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Stupid Newbie Question, floating a shell


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Okay, Ive been gleaning info from this forum for a few months. Finally got the M4 after a 7 month wait.


Put the magazine extension on...


Installed the collapsible stock (**** stupid nut :mad: that I was working on very hard to remove until I read a timely post)...


So now I have a 7+1. smile.gif smile.gif smile.gif smile.gif


But, how do I get the 7+1+1 :confused:

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Load up your mag tube. Empty shell carrier, empty chamber.


Rack it back, and allow it to come forward enough that the shell carrier pops up. Move the bolt forward a few more milimeters, so that it is beyond the shell carrier pop up point.


Now push the shell carrier down with your finger, while holding the bolt in that position. If you work it right, you can fit a shell, rimmed end first, through the side of the reciever and onto the shell carrier.


Keep the bolt in place to prevent it from popping out.


Once its in, the bolt above it keeps it from coming up. You should still have a few inches left before the bolt closes. Fit a shell into the chamber, and close the bolt.


You've now floated a shell.


Now, for some reason I haven't really looked into yet, it won't load the floated shell like, 1 out of 20 times I'd say. When this happens, after the first shot, the bolt flies back into lockback, and does not come back forward to chamber the floated round. When this happens, you have to just hit the bolt release button, and blast away.


I don't know if this is just me, or the light 9 shot target ammo I've been using, or the position I put my shell in, but it happens once in awhile.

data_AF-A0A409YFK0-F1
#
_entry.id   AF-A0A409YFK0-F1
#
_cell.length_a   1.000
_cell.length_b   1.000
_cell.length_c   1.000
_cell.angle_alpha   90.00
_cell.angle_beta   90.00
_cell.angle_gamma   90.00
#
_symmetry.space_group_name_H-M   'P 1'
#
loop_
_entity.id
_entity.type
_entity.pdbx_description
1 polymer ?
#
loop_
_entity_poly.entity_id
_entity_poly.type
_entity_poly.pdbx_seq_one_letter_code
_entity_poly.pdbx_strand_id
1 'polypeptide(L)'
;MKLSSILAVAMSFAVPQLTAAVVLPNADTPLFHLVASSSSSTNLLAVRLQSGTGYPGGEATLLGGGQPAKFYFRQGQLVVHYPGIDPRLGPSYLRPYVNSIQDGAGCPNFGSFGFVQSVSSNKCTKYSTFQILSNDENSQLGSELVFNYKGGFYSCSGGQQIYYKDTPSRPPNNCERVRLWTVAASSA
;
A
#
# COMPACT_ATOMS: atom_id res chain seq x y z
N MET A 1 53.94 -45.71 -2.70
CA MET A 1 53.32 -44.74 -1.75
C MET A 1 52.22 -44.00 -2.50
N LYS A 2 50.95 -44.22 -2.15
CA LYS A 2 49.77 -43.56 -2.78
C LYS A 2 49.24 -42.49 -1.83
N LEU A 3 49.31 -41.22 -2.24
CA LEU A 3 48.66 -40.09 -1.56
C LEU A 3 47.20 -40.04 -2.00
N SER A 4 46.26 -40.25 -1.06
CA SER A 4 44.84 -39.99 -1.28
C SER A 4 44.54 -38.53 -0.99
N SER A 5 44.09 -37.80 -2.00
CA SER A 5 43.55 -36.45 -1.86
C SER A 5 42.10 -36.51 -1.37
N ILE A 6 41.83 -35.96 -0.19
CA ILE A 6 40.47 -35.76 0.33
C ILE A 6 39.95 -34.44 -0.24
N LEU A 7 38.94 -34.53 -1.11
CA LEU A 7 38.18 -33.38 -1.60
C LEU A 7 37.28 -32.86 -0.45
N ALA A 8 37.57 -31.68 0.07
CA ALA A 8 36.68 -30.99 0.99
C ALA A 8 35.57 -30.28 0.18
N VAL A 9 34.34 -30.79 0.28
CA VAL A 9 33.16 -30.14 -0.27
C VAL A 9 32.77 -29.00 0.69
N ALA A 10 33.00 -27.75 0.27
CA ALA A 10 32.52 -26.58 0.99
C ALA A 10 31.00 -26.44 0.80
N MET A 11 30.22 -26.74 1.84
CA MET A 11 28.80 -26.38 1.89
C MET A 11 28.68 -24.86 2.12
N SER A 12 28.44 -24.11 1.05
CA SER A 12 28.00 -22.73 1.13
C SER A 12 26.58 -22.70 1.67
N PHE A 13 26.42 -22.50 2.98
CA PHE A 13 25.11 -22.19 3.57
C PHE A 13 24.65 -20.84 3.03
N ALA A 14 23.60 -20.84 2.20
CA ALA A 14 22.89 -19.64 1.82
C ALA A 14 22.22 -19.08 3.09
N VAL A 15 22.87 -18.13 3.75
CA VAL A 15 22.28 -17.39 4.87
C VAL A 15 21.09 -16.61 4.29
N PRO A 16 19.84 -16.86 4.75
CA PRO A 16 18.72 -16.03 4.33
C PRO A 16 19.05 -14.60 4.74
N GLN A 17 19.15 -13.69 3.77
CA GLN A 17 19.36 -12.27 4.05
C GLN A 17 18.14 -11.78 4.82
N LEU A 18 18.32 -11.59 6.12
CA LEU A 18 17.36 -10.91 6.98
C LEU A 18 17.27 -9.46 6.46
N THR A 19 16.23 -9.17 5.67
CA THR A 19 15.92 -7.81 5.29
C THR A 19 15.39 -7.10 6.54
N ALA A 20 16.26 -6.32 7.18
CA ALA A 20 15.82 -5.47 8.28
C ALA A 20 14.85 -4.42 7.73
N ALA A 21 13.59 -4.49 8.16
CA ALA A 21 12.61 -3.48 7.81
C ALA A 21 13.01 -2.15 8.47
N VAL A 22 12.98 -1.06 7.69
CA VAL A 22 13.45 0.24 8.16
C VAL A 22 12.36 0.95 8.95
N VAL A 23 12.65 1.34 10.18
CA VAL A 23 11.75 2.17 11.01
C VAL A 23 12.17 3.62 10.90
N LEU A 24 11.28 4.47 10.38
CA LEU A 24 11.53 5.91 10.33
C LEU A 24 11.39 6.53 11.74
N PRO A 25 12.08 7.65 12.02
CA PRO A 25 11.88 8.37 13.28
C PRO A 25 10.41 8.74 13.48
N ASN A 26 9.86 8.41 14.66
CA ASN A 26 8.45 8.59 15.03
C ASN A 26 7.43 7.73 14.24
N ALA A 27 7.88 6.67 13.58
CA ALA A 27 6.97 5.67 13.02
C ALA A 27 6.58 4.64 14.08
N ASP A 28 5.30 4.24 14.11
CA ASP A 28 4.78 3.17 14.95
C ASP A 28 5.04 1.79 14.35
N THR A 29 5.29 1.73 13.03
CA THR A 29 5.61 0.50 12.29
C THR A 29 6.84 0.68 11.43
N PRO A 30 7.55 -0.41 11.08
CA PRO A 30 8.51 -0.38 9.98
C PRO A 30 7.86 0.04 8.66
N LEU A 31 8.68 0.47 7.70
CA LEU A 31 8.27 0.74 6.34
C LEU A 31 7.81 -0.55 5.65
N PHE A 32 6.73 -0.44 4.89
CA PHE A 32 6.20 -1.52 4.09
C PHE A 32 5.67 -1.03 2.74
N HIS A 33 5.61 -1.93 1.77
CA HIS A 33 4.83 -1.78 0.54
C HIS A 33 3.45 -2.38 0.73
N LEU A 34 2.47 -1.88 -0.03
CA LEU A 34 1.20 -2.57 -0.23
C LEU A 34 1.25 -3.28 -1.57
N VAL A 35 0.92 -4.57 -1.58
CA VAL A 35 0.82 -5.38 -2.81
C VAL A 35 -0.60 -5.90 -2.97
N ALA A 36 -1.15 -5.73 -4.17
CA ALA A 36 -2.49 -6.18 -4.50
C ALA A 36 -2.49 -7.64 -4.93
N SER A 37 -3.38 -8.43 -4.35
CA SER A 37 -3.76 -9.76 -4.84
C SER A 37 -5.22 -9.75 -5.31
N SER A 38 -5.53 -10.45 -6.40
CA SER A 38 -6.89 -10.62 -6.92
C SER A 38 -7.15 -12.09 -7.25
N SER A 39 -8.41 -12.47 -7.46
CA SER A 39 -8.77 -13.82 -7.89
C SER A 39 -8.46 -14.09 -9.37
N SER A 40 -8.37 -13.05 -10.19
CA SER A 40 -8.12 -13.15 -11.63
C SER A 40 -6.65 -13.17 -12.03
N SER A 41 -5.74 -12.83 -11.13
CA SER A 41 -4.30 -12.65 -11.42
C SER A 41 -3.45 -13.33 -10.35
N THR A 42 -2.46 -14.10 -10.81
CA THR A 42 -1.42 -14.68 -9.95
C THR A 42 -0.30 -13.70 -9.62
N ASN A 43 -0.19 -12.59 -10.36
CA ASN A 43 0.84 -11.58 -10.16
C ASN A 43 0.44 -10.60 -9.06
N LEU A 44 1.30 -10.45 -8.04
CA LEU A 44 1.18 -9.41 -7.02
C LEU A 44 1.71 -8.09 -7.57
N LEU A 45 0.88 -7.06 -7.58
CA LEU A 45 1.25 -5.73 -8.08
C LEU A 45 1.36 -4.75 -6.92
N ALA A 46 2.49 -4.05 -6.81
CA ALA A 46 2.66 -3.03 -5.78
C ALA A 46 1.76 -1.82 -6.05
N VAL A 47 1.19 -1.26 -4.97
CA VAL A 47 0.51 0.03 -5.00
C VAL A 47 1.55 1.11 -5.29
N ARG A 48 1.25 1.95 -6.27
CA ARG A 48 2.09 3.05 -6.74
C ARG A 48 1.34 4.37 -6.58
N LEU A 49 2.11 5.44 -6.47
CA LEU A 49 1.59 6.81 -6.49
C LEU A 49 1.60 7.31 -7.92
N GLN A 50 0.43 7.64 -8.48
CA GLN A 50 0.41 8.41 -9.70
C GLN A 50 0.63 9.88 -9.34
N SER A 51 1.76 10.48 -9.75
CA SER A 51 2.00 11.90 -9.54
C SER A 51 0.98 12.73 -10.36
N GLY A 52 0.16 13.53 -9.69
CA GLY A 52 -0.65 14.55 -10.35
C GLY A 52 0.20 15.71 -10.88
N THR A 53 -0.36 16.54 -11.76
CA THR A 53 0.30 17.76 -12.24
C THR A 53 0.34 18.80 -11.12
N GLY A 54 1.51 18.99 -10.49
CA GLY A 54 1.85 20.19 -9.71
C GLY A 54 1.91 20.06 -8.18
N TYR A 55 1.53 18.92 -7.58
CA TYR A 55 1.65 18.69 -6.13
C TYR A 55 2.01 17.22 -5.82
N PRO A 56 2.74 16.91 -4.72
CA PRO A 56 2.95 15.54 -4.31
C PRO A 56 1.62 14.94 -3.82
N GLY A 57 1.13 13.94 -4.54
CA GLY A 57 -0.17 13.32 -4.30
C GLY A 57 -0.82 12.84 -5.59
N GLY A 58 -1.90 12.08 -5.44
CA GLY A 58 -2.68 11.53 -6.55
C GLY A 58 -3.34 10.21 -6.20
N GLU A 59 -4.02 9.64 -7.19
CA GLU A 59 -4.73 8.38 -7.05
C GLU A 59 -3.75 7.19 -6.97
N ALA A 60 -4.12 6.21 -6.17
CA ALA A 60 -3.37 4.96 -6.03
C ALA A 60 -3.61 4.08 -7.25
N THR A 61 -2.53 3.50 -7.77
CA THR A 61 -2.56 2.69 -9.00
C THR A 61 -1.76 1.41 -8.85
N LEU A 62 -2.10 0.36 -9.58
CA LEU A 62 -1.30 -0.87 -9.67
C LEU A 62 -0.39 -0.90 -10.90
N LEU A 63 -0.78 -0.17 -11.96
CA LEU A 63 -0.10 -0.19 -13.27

For this reason, if your life is on the line, I wouldn't reccomend floating a shell.


Oh, and I always keep my hand near the bolt release button when floating shells, so I can recover quickly if it does fail to chamber the round I floated.


But most times it works flawlessly.


Maybe someone else will know why this happens, but I'm not sure.


[ 04-13-2006, 01:42 PM: Message edited by: Duggan ]

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Try this: full mag (7), empty chamber, empty carrier.


2) pull the bolt all the way back to "charge" (my other term was censored) the hammer, load a shell in the chamber and ease the bolt back to engage the shell.

3) pull the bolt back slowly and carefull until the end of the shell has ALMOST cleared the chamber, then with your left hand thumb push the shell onto the carrier.

4) do not pull the bolt back so far as to engage the carrier loading cycle.

5) with the bolt still held percariously open, insert another shell into the chamber and follow the bolt home.

6) hold the weapon vertical with the barrel pointed at the sky and press the bolt release button (this will make sure the floating shell on the carrier is fully seated rearward)


The key to all of this is makeing sure the bolt does not go far enough back to engage the carrier, if it does (even if the carrier is pushed back down) the bolt will try to pick up the shell and slow down the action (I do not know a better way of 'esplaing it but I have looked at this very carefully and I took my method from the U.S. Marine Corps. technical manual TM 10698A-10/1. Exerpt follows:




If you google 'TM 10698A-10/1' you should be able to download and print a copy from somewhere. It is a good thing to have smile.gif


[ 04-16-2006, 09:45 PM: Message edited by: deasmuth ]

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  • 3 years later...
Is the general consensus that carrier loading or ghost loading is indeed unrealiable, or has this been worked out over the years? Want to use this technique for home defense ONLY if it is reliable as regular loading.


Try it out.


It is reliable, I was just doing it wrong back when I wrote this.


So long as you don't bring the bolt back too far, you can ghost load with the same reliability as anything else ... in my testing, at least.


I don't do it often anymore, but whenever I do it has been flawless.

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